27. Idris Elba (Beasts of No Nation, 2015) for best supporting actor
28. Michael Shannon (99 Homes, 2015) for best supporting actor
29. Helen Mirren (Trumbo, 2015) for best supporting actress

*Globe nomination for lead; SAG nomination for supporting

Many of these performances came in movies that were not widely seen (such as Christensen in Life as a House, Blanchett in Bandits, Hawkes in The Sessions, Aniston in Cake and Shannon in 99 Homes) and wound up getting drowned out of the awards discussion entirely. Others came from movie stars who had rarely done "serious movies" at that point in their careers but who were trying to be seen in a new light (e.g., Diaz in Vanilla Sky, Jolie in A Mighty Heart and Kunis in Black Swan). And still others were simply in jam-packed categories in which a few votes could have knocked them out of contention (e.g. Gere in Chicago, Giamatti in Sideways, DiCaprio in The Departed, Hanks in Captain Phillips and Gyllenhaal in Nightcrawler).

So let's apply this to 2016.

The following 18 individuals are now nominated for both Globe and SAG awards:

1. Casey Affleck (Manchester by the Sea) for best actor
2. Andrew Garfield (Hacksaw Ridge) for best actor
3. Ryan Gosling (La La Land) for best actor
4. Viggo Mortensen (Captain Fantastic) for best actor
5. Denzel Washington (Fences) for best actor
6. Amy Adams (Arrival) for best actress
7. Natalie Portman (Jackie) for best actress
8. Emma Stone (La La Land) for best actress
9. Meryl Streep (Florence Foster Jenkins) for best actress
10. Mahershala Ali (Moonlight) for best supporting actor
11. Jeff Bridges (Hell or High Water) for best supporting actor
12. Hugh Grant (Florence Foster Jenkins) for best supporting actor*
13. Dev Patel (Lion) for best supporting actor
14. Viola Davis (Fences) for best supporting actress
15. Naomie Harris (Moonlight) for best supporting actress
16. Nicole Kidman (Lion) for best supporting actress
17. Octavia Spencer (Hidden Figures) for best supporting actress
18. Michelle Williams (Manchester by the Sea) for best supporting actress

The following 14 individuals received a Globe or SAG nom:

1. Joel Edgerton (Loving) for best actor
2. Colin Farrell (The Lobster) for best actor
3. Jonah Hill (War Dogs) for best actor
4. Ryan Reynolds (Deadpool) for best actor
5. Annette Bening (20th Century Women) for best actress
6. Emily Blunt (The Girl on the Train) for best actress
7. Jessica Chastain (Miss Sloane) for best actress
8. Lily Collins (Rules Don't Apply) for best actress
9. Isabelle Huppert (Elle) for best actress
10. Ruth Negga (Loving) for best actress
11. Hailee Steinfeld (The Edge of Seventeen) for best actress
12. Lucas Hedges (Manchester by the Sea) for best supporting actor
13. Simon Helberg (Florence Foster Jenkins) for best supporting actor
14. Aaron Taylor-Johnson (Nocturnal Animals) for best supporting actor

And the following individuals received neither a Globe nor a SAG nom:

Ben Affleck (Live by Night) for best actor
Warren Beatty (Rules Don't Apply) for best actor
Adam Driver (Paterson) for best actor
Andrew Garfield (Silence) for best actor
Tom Hanks (Sully) for best actor
Michael Keaton (The Founder) for best actor
Matthew McConaughey (Gold) for best actor
Chris Pine (Hell or High Water) for best actor
Mark Wahlberg (Patriots Day) for best actor
Amy Adams (Nocturnal Animals) for best actress
Kate Beckinsale (Love & Friendship) for best actress
Marion Cotillard (Allied) for best actress
Rebecca Hall (Christine) for best actress
Taraji P. Henson (Hidden Figures) for best actress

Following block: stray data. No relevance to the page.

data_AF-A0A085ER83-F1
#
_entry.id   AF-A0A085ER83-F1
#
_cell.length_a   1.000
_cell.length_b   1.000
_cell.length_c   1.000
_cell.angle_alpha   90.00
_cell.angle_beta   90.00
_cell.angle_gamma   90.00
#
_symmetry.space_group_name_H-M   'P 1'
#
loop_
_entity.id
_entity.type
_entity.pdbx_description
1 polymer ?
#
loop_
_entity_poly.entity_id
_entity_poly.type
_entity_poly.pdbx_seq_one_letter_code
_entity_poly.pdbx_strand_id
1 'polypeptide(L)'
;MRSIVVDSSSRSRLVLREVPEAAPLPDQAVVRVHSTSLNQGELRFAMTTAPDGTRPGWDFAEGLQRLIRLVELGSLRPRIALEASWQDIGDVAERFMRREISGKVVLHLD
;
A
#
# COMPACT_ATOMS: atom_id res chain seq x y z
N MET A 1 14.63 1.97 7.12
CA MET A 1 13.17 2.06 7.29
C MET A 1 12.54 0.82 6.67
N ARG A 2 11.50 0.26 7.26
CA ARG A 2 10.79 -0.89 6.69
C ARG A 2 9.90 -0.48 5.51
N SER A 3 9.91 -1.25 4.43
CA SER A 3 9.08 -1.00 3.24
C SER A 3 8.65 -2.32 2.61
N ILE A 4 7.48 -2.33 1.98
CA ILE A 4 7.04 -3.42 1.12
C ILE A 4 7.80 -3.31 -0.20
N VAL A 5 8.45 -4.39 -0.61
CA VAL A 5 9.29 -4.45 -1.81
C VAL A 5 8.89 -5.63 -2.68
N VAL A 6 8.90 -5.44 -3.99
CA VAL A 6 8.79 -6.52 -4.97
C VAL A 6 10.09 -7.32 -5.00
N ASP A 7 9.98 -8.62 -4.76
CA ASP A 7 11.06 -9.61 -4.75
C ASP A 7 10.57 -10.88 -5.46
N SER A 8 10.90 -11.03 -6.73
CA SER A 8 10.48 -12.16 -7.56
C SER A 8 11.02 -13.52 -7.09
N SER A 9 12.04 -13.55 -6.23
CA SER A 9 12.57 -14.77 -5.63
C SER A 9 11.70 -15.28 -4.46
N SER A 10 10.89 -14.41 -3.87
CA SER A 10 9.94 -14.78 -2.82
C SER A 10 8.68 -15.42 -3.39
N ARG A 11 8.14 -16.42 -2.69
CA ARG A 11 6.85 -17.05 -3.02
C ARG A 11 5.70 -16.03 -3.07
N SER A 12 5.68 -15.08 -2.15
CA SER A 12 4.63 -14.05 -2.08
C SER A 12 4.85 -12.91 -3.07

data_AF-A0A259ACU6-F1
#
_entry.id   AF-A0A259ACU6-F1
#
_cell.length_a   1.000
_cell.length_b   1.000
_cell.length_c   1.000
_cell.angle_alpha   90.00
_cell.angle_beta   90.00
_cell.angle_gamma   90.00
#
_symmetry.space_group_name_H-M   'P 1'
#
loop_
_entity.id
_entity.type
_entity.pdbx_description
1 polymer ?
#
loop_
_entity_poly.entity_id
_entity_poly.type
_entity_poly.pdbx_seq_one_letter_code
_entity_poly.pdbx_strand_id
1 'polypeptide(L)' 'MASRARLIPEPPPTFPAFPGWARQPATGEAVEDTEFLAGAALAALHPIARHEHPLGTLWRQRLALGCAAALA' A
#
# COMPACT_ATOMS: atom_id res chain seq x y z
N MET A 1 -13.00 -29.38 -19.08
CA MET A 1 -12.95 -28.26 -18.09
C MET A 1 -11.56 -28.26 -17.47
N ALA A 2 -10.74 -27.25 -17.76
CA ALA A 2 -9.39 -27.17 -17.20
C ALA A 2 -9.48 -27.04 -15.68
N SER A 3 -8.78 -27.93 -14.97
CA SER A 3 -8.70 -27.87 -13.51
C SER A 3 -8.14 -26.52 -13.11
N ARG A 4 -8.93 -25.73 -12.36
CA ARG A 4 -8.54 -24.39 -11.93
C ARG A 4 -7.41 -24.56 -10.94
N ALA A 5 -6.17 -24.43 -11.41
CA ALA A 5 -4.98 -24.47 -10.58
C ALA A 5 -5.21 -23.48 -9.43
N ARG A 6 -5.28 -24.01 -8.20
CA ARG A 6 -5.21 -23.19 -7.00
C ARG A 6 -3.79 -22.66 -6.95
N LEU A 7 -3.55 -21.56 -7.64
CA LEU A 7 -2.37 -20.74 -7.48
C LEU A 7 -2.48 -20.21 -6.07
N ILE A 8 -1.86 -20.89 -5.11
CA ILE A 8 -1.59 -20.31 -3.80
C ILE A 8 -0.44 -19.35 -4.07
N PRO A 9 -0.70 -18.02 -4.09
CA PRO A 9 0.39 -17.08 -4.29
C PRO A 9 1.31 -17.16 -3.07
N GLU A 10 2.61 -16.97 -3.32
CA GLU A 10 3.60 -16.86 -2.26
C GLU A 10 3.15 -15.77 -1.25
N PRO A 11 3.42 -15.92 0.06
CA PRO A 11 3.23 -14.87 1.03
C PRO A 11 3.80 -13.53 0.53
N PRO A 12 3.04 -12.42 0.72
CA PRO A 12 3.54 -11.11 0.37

Kevin Costner (Hidden Figures) for best supporting actor
Ben Foster (Hell or High Water) for best supporting actor
Stephen McKinley Henderson (Fences) for best supporting actor
Mykelti Williamson (Fences) for best supporting actor
Issey Ogata (Silence) for best supporting actor
David Oyelowo (Queen of Katwe) for best supporting actor
Alan Rickman (Eye in the Sky) for best supporting actor
Michael Shannon (Nocturnal Animals) for best supporting actor
Greta Gerwig (20th Century Women) for best supporting actress
Margo Martindale (The Hollars) for best supporting actress
Helen Mirren (Eye in the Sky) for best supporting actress
Sienna Miller (Live by Night) for best supporting actress
Janelle Monae (Hidden Figures) for best supporting actress
Lupita Nyong'o (Queen of Katwe) for best supporting actress
Molly Shannon (Other People) for best supporting actress

*Globe nomination for lead; SAG nomination for supporting

Based on the last 15 years, it's reasonable to assume that at least one — and possibly as many as four — of the 18 performances that received Globe and SAG noms this year will not go on to receive an Oscar nom. And at least one of the many performances that received neither a Globe nor a SAG nom will go on to receive an Oscar nom.

Which of the Globe-SAG nominees are most at risk of being bounced by the Academy? I would argue that those most in danger include: Mortensen, whose little indie, Captain Fantastic, came out way back in July and may now be closer to the bottom of those screener piles than more recent and higher-profile releases; Florence Foster Jenkins' Grant, whose categorization clearly is being debated, for while Paramount's expressed preference is that he be considered in the supporting actor category, the Globes nominated him as lead comedy actor while SAG nominated him as a supporting actor, and as a supporting actor he could also lose votes to his Globes-nominated co-star Helberg; and Hidden Figures' Spencer, who also is competing against a co-star (Monae, who actually has a flashier part) for a movie that has proven divisive.

And which of the SAG-Globe snubees could be revived by the Academy? I would argue that those most primed for a comeback are Hanks, who hasn't been Oscar-nominated in 16 years, but whose performance in Sully has received significant acclaim and whose movie has been more widely seen than almost any other in contention; Hidden Figures' Costner, another A-lister long absent from Oscar contention (his last nom came 26 seasons ago for Dances With Wolves), who will be competing in the relatively thin supporting actor category; and Beatty, who has a long history with and many friends in the Academy and who has supported Rules Don't Apply by campaigning more relentlessly than anyone this season for what many realize could well be his last film.

All that being said, a lot still can happen between now and the Oscar nominations announcement on Jan. 13, so stay tuned!